Monday, March 26, 2018

Employing young workers

Tips for supervisors 
Remember your first few days on the job? 

How much did you know then? 

How much were you taught by your supervisor? 

Section 4.1 of Manitoba’s Workplace Safety and Health Act (WSH Act) outlines your duties as a supervisor. The law says that you, as a supervisor must: 
  1. Ensure that all workers work in accordance with the provisions of the WSH Act and its Regulations. 
  2. Ensure that your workers use protective devices and wear the required personal protective equipment.
  3. Let your workers know about any potential or actual dangers in the workplace that you are aware of.
  4. Take every precaution reasonable in the circumstances for the protection of workers under your supervision. 
Did You Know? 
… that every year more than 7000 young workers aged 15-24 report injuries to the WCB (Source: Workers Compensation of Manitoba) 
… that young male workers are almost twice as likely to be injured on the job than any other group? 
… that young workers are often unable to recognize hazards? 
… that young workers tend not to ask questions because they want to make a good impression and look “smart”?
… that young workers are an asset to your workplace – with fresh eyes, new ideas and good questions to ask? 
… that, as a supervisor, you are legally responsible for your workers? 
… that Manitoba students are learning about their rights and responsibilities in the workplace? 
… that if you fail to comply with the WSH Act, you could be subject to prosecution? 

Here’s what you need to do… 

  • Spend more time explaining the job, providing training and supervising young and new workers.
  • Set and explain safety rules and ensure everyone follows them.
  • Ensure all hazards are explained and thorough job-specific safety training is provided before the work is assigned.
  • Explain the importance of prompt reporting of unsafe conditions and health and safety concerns. Ensure they know it is a priority for you and tell them how to report the hazard so you can act on it immediately.
  • Make yourself available to answer questions and provide advice 
  • Lead by example: wear required protective devices and always reinforce safety on the job 
  • Establish and maintain open lines of communication 

Are you a new supervisor? 
Get training in Manitoba’s safety and health legislation and in the hazards in your workplace. The WSH Act requires employers to appoint competent supervisors: knowledgeable about the work and hazards of the jobs they are supervising.

For general requirements or questions about workplace safety and health, you can call Client Services at (204) 945-3446 or visit the website at 

For more information about young workers go to 


Tips for supervisors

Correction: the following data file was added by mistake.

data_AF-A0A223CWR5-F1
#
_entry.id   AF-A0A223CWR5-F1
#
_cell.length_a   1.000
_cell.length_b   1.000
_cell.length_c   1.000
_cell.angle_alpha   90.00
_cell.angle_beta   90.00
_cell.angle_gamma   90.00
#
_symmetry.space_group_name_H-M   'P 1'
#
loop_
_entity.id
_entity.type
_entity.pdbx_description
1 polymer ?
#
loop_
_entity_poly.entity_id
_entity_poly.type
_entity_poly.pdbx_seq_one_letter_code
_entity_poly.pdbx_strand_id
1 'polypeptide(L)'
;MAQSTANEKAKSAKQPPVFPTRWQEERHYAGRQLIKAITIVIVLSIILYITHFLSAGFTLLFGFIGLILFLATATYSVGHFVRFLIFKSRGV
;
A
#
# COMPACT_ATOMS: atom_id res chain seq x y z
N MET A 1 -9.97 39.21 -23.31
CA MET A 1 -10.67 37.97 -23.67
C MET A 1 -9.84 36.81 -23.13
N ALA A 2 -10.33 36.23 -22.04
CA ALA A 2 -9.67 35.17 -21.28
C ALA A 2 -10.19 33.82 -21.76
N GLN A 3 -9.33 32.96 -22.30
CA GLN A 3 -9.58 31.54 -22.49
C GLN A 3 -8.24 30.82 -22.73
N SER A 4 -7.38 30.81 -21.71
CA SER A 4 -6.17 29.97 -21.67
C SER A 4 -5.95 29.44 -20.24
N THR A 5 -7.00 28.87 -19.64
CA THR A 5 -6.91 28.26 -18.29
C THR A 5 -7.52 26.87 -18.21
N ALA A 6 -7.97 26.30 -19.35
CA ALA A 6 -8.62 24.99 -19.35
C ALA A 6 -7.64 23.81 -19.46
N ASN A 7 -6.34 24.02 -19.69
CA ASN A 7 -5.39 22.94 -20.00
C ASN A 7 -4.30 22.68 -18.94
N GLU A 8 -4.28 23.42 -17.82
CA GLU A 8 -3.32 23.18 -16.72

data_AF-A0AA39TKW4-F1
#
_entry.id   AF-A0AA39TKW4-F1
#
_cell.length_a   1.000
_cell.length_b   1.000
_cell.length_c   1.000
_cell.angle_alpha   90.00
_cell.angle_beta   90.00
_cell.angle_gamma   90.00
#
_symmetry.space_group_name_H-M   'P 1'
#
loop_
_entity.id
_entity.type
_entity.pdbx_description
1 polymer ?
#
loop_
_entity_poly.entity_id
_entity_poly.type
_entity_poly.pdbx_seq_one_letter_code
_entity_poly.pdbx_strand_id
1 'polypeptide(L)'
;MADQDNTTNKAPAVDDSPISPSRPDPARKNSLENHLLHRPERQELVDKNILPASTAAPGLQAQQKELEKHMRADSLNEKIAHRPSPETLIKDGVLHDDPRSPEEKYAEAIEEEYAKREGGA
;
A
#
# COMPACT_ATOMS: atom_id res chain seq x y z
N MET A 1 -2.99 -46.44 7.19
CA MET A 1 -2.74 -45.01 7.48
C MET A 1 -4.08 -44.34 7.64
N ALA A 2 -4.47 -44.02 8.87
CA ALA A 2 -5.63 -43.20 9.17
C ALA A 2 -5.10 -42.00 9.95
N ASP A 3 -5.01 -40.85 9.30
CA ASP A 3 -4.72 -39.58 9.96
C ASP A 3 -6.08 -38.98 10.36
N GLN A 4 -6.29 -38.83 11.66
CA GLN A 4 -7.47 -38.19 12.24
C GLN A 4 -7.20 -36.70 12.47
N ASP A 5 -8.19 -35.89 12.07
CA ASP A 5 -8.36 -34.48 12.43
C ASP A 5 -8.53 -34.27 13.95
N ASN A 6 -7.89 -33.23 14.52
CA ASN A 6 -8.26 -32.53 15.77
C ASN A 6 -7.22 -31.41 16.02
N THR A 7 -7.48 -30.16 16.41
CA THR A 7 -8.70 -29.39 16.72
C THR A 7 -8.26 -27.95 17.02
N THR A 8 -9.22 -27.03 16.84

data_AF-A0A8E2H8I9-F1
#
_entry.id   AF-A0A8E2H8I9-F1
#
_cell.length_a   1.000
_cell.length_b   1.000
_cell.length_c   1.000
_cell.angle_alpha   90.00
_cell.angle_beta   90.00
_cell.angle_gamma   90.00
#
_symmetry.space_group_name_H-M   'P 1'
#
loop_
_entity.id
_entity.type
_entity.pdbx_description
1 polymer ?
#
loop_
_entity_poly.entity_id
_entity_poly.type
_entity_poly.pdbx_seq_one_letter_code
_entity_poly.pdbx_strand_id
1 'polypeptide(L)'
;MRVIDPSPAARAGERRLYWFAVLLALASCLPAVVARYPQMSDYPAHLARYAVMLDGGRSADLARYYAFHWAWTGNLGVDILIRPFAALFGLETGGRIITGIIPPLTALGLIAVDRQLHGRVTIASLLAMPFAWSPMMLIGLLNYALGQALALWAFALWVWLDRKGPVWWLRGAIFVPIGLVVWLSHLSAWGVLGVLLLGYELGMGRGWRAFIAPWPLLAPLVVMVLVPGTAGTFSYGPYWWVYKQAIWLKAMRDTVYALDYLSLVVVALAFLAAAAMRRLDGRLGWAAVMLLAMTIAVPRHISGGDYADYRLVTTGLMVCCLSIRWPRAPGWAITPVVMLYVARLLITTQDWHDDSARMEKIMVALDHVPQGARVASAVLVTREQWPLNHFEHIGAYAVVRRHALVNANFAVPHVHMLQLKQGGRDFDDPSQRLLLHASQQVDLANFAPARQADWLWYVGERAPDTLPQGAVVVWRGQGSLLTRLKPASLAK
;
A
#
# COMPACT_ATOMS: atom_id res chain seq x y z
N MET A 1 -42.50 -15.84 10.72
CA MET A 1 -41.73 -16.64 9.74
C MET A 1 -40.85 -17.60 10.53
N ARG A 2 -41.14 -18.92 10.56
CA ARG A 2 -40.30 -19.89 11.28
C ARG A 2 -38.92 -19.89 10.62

Starting points… 
This list, though not comprehensive, outlines information you should cover with your young workers. 

  • Everyone is entitled to work in a healthy and safe work environment. 
  • Everyone has the responsibility to contribute to making and keeping the workplace safe.
  • Asking for help when they are unsure. 
  • Proper equipment operation including the mandatory use of guards and lock-out systems. 
  • Emergency procedures including the location of first aid, fire exits, extinguishers and eye wash stations. • How and when to use personal protective equipment. 
  • Your company’s health and safety rules. 
  • Correct lifting techniques. 
  • Good housekeeping practices.
    Training techniques: 
  • Because people learn differently, use a variety of training techniques with your young worker. 
  • Guide your young worker through resources for health and safety information. 
  • Schedule sufficient time in the appropriate learning environment. 
  • Be hands-on, evaluate their learning and give them feedback. 

Bright ideas

  • Host a new worker welcoming get together to celebrate their arrival.
  • Give a guided tour of the entire workplace. 
  • Introduce new young workers to key people in the organization. This may include the Health and Safety Manager, Health and Safety Committee members or Health and Safety representatives. 
  • Use articles and other information about workplace injuries and deaths that have occurred in other workplaces to reinforce the health and safety message. 
  • Continually reinforce the importance of health and safety. 
  • Put stickers on equipment warning young workers they shouldn’t use it without training or supervision. 
  • Pair up your young worker with an experienced, safety-conscious worker. 
  • Recognize safe work practices and if safety rules are not observed, find out why. 

Bottom line 

YOU have direct responsibility for the safety of your workers, but also a unique opportunity to be a role model for young workers just starting out. Be a part of creating tomorrow’s safe and healthy workforce.

To determine specific rights and obligations under the laws regulating workplace health and safety, the reader is directed to the provisions of the Workplace Safety and Health Act and the Regulations made under that statute.

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